Kurds: “We have no friends but the mountains”

I had been meaning to assemble a piece about the Kurdish people for some time now. Fortunately, Henry Lewis has written a piece the keenly brings his personal experience to the fore. Actually, it is the best article I’ve yet encountered on the amazing Kurds. I think my readers will quite agree.

My quest blog

This week, following the Trump Administration’s betrayal of a long-time Middle East ally, I received a message containing these words from one of my former students in Iraq’s northern Kurdistan Region.

We as “Kurds have no friends but the mountains“ history repeats itself!

Over the past 100 years, the Kurdish people–whose territory includes northern Iraq, northern Syria, southeastern Turkey and northwestern Iran–have been repeatedly lied to, stabbed in the back, gassed and violently murdered by successive regimes from both the West and the Middle East.

The US Government has called on the Kurdish people repeatedly for help and these loyal allies have at all times capitulated to Washington’s requests. In 1972, they were asked by the CIA and US-placed Shah of Iran to rise up against the Ba’athist Party-led government in Iraq. The Kurds were used and then left alone to suffer the wrath of the Iraqi military when…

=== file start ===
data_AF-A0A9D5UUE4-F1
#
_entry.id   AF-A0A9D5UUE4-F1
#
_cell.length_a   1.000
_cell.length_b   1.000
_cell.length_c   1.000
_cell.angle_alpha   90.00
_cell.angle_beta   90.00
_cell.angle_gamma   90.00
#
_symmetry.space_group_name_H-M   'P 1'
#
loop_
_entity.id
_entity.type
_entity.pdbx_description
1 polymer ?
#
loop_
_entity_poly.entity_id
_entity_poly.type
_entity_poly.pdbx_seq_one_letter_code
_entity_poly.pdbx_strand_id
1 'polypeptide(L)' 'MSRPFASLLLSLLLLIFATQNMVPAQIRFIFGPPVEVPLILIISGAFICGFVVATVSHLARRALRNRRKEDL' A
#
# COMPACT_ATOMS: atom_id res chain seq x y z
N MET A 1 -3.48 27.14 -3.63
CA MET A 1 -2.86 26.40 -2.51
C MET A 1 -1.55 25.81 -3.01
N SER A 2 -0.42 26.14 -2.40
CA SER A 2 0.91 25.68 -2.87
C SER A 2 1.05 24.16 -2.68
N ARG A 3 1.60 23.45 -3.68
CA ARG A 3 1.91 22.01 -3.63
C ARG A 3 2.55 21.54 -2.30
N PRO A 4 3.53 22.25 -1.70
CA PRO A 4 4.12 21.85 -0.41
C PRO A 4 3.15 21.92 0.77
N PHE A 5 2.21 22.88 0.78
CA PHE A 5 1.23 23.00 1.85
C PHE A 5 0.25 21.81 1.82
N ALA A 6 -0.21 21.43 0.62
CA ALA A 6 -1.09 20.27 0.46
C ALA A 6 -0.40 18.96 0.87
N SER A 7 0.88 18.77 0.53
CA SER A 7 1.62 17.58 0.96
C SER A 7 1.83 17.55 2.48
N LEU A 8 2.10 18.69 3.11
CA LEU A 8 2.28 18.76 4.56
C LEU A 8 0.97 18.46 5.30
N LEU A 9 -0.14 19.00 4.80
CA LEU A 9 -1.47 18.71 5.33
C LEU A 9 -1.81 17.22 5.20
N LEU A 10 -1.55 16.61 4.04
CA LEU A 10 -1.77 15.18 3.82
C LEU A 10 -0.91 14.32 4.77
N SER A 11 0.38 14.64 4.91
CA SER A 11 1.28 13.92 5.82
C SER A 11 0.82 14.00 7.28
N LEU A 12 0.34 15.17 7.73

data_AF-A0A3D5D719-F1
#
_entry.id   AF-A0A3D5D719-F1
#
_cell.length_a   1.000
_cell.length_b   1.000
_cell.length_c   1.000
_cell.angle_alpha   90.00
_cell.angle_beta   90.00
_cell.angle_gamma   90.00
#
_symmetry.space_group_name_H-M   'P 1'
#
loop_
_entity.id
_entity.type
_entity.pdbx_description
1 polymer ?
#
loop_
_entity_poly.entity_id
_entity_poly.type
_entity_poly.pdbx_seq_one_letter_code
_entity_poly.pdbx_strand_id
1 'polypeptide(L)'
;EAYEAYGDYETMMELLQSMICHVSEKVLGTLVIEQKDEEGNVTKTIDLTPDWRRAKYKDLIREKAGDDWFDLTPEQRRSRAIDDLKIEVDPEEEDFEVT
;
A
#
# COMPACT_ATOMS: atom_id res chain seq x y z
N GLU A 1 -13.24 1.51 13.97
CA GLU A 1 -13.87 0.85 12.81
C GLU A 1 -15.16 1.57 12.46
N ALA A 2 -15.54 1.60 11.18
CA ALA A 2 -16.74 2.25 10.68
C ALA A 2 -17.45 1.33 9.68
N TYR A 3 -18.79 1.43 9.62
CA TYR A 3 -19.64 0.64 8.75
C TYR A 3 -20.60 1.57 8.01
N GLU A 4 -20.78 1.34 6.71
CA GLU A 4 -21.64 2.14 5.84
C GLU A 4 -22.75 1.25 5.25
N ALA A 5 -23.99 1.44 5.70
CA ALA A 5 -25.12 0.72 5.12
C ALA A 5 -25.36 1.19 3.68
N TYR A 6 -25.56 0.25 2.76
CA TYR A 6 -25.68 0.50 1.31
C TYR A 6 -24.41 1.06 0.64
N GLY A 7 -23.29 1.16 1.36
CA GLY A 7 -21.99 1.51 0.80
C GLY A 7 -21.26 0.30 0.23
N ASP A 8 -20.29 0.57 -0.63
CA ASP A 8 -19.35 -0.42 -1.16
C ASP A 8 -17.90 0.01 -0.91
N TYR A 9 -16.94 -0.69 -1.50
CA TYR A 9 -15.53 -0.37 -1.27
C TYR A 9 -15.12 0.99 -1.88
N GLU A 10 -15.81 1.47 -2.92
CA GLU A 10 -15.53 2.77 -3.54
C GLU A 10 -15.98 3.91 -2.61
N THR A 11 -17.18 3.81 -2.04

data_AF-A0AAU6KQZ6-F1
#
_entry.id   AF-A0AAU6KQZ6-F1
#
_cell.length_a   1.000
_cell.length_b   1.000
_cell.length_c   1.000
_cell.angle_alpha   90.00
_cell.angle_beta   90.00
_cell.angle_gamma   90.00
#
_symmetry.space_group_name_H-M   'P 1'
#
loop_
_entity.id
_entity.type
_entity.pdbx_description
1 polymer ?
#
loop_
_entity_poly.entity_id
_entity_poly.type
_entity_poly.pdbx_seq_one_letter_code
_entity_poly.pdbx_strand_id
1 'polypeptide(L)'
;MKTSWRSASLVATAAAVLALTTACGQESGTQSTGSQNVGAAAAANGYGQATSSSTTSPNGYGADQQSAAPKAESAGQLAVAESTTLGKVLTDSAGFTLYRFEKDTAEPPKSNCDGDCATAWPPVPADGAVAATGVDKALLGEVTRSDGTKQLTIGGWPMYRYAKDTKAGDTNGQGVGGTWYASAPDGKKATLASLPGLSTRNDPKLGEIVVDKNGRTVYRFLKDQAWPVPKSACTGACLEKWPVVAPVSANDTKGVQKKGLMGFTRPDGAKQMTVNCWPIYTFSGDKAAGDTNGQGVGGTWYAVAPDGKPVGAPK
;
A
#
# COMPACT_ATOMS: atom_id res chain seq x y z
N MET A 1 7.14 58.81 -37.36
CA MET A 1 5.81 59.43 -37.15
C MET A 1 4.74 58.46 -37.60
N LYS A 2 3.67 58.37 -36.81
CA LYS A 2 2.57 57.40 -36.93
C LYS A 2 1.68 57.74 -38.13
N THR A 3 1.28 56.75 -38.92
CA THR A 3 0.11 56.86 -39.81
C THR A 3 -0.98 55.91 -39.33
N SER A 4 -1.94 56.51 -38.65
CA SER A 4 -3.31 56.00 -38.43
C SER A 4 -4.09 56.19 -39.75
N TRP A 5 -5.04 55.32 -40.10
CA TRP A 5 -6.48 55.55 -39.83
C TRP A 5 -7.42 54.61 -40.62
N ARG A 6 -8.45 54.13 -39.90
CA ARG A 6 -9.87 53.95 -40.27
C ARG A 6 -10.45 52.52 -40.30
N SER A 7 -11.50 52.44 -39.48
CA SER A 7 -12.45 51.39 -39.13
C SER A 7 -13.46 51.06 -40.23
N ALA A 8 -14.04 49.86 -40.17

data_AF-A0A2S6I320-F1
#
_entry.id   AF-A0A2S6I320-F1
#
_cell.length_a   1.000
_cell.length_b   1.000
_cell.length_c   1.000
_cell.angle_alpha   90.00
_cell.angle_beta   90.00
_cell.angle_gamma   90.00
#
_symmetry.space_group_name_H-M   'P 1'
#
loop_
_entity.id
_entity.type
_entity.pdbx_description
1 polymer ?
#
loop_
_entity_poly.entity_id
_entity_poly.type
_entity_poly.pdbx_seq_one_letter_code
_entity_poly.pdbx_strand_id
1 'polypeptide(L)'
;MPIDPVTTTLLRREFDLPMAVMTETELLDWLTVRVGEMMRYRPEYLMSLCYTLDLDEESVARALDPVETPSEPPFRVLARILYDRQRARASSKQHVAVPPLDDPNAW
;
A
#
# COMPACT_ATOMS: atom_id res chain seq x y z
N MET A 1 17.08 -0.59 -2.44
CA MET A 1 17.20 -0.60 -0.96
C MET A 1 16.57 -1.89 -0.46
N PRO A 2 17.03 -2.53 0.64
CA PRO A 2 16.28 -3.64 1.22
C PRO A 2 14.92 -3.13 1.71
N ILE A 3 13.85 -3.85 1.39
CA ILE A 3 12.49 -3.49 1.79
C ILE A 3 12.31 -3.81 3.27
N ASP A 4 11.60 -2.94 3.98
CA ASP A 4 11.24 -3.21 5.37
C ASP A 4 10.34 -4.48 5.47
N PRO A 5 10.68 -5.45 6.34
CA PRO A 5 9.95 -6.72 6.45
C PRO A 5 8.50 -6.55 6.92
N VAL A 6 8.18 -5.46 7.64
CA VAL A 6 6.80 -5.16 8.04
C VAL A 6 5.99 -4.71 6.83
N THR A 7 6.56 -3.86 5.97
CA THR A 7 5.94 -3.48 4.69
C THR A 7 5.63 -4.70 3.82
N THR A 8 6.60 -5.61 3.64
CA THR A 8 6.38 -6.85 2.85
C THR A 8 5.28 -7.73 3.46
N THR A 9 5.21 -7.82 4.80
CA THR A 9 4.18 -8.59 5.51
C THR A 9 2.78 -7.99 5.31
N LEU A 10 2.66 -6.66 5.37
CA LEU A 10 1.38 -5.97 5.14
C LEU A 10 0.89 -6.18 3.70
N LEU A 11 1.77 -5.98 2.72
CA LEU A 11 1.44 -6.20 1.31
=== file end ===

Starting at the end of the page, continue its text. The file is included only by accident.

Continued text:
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Author: Bill Ziegler

I am a former resident of Delhi Township. These are memories of my life and times in that community during the 1950s and 1960s. A time capsule.

17 thoughts on “Kurds: “We have no friends but the mountains””

  1. Ethnic groups without officially recognized national borders are always the victims of the bullies. It’s understandable, since the Soviet onslaught that the Kurds would side with the US but they made a bad choice, a deal with a greedy Devil.

    Liked by 2 people

    1. Quite right, Sha’Tara. Bullies such as the colonial powers who play a game of divide-and-conquer by drawing borders around traditionally feuding cultures, or who used disappearing ink when drawing a borderline around Kurdistan. How amazingly resilient are the Kurds who were literally quartered by those bullies.
      Never make a deal with a vile evil Devil.

      Liked by 1 person

      1. This is a test comment. WordPress won’t let me post, says to follow, yet this blog is on my “following” list.


          1. Thank you for stopping by, and please feel free to post any or many comments. I have not blocked anyone, so it’s good to know that it was only a temporary delay.
            Wishing you well,


  2. That’s a huge shame for turning on the Kurds. It’s not good losing allies especially after something stupid like betrayal against them and they were already an oppressed group in that part of the globe.

    Liked by 2 people

    1. Thanks for the comment, ospreyshire. The Kurds are literally open to a land-based attack at every point along their border — hence “We have no friends but the mountains.” Were you to walk the invisible border you would travel through Iraq, Syria, Turkey, and Iran. Colonial powers simply diced it up and distributed the parts to those four countries. Colonialists are not known for any nods to justice. Here is a link to a graphic that shows population distribution: